Medical marijuana company warns of data breach


A medical marijuana provider in Florida warned customers of a data breach involving its website.

AltMed, which does business as MüV, posted on its Facebook page Saturday.

A customer had alerted it earlier that day that “customer information could be accessed through a search utility on (the) website. Within 10 minutes, our Information Technology staff removed the search engine function.”

Kroll, its “data risk and security” consultant, soon “recommended that we take the site down, which we did,” according to the post.

“Taking it one step further, we ‘unpublished’ any sections of the site that contained customer data.”

The site remained down as of Monday morning. Todd Beckwith, the company’s director of marketing, told Florida Politics the investigation into what happened continues and he was unable to say how many customers were affected.

“Thus far it appears that there was … limited information accessed,” Saturday’s post said.

“Please know that we take security and patient confidentiality seriously — not just because it’s the law, but because it’s the right thing to do.”

The Department of Health regulates the drug through its Office of Medical Marijuana Use. Providers in Florida are known as medical marijuana treatment centers, or MMTCs.

State law says the department “may impose reasonable fines not to exceed $10,000 on a medical marijuana treatment center for … improperly disclosing personal and confidential information” of patients. 

“The Department is aware of the breach of confidential patient information,” spokesman Nick Van Der Linden said in an email. “Ensuring patient confidentiality is of utmost importance to the Department and we are committed to thoroughly investigating this event and taking appropriate action.”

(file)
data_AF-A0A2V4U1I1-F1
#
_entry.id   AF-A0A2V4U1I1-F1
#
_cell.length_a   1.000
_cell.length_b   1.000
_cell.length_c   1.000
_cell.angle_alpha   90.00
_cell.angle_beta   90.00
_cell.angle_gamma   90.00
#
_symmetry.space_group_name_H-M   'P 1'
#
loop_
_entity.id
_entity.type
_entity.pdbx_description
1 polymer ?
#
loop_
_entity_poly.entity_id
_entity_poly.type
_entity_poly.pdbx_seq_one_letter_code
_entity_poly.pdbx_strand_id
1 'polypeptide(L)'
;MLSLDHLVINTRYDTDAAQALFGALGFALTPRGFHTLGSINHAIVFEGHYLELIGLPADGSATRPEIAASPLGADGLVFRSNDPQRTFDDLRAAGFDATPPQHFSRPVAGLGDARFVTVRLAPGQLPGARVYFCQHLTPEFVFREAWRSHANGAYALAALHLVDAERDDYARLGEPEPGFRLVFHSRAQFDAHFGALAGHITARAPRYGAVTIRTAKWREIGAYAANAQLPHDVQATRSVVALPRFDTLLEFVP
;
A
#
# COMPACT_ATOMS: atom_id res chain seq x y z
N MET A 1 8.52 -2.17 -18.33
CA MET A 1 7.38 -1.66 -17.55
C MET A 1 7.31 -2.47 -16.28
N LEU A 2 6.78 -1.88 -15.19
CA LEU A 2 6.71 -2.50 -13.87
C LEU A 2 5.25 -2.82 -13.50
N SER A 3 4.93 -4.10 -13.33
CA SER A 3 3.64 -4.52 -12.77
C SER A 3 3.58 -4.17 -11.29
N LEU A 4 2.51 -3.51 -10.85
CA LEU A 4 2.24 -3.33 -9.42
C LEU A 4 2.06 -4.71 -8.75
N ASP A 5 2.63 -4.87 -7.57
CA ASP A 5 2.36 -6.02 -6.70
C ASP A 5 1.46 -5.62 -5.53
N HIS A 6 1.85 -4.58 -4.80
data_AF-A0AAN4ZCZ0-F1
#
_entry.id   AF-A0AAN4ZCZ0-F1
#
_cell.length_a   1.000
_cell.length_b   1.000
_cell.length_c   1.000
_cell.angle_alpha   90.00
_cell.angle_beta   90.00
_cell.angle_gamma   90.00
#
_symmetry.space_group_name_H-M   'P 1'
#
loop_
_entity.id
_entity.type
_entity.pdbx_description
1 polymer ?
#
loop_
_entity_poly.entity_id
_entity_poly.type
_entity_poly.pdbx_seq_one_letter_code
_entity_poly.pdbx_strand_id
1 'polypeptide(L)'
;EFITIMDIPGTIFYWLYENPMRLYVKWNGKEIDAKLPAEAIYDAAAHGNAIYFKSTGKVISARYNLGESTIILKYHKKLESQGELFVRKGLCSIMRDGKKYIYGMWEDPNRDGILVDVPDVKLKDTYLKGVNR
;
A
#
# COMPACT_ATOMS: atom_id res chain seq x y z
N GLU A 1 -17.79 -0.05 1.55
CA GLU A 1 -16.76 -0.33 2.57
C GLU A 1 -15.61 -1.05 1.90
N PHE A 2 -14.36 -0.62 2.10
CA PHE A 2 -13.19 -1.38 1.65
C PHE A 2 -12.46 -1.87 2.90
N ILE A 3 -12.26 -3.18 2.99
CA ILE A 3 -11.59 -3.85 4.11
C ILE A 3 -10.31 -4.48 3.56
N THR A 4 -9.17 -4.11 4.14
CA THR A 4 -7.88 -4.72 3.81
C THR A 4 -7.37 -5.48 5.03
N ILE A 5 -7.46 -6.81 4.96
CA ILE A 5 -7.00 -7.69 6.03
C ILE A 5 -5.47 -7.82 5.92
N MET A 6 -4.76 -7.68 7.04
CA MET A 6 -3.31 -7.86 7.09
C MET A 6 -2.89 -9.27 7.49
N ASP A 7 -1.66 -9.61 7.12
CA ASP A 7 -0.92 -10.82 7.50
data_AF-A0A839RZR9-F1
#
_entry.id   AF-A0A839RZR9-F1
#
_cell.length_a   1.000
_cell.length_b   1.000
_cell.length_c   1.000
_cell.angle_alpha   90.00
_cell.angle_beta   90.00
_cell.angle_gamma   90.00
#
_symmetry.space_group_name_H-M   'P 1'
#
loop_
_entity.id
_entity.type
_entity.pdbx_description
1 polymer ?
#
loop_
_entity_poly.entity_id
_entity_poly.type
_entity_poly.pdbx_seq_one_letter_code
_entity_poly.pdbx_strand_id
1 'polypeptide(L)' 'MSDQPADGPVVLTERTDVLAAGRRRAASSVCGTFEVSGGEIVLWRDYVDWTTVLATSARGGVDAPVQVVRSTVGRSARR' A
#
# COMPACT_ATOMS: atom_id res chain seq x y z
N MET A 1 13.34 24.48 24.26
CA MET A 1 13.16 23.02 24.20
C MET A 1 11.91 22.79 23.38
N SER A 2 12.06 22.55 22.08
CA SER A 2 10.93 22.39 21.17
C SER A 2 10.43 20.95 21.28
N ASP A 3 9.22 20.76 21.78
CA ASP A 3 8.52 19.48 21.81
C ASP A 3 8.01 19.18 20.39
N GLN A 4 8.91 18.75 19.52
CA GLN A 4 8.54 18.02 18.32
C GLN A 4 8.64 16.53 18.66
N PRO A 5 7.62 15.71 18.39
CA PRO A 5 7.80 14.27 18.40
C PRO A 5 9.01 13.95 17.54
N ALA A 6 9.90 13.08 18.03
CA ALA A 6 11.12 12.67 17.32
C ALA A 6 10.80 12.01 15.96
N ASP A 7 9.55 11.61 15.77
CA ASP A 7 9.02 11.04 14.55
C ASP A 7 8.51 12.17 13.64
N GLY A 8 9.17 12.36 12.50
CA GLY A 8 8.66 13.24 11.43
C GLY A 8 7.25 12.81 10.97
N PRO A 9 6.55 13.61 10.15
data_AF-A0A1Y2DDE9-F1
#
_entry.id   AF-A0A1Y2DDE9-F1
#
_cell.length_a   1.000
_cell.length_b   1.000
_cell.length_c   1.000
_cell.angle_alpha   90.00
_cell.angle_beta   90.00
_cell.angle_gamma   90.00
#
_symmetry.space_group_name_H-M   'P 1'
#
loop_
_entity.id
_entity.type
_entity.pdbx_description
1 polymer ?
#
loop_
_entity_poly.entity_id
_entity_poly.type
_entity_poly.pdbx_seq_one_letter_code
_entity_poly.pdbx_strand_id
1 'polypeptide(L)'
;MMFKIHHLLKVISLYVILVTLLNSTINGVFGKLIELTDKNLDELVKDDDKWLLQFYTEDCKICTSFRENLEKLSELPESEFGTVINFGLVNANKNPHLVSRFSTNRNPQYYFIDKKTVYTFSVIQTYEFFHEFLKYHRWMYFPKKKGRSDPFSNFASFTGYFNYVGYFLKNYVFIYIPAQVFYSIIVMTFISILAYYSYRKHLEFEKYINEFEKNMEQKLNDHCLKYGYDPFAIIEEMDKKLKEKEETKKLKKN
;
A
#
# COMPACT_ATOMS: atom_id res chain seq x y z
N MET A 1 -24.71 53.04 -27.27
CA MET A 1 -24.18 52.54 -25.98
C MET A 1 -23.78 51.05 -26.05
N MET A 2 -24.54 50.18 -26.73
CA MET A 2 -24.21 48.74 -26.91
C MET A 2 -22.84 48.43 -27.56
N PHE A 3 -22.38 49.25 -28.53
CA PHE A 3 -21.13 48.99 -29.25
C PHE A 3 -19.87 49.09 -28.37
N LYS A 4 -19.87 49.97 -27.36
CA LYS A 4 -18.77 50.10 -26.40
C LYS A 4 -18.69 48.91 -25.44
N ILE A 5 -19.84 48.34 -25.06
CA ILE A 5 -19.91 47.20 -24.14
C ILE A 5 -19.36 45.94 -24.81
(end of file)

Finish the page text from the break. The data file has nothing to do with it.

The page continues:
Customers whose information may have been released will be notified, Beckwith said. “Otherwise, we’ll provide more information as our experts work through their process.”

“We’re not ready to make a statement till we’re 100 percent sure what happened,” he added. “But I can say I am very proud of the way our team responded.”

Jim Rosica

Jim Rosica is the Tallahassee-based Senior Editor for Florida Politics. He previously was the Tampa Tribune’s statehouse reporter. Before that, he covered three legislative sessions in Florida for The Associated Press. Jim graduated from law school in 2009 after spending nearly a decade covering courts for the Tallahassee Democrat, including reporting on the 2000 presidential recount. He can be reached at [email protected]

One comment

  • Jon-Paul Llamas

    December 13, 2018 at 12:15 pm

    I was one of the patients that data held the information on, They have my name, B-day, address, and patient ID, and phone number… what am i supposed to do now…

Comments are closed.


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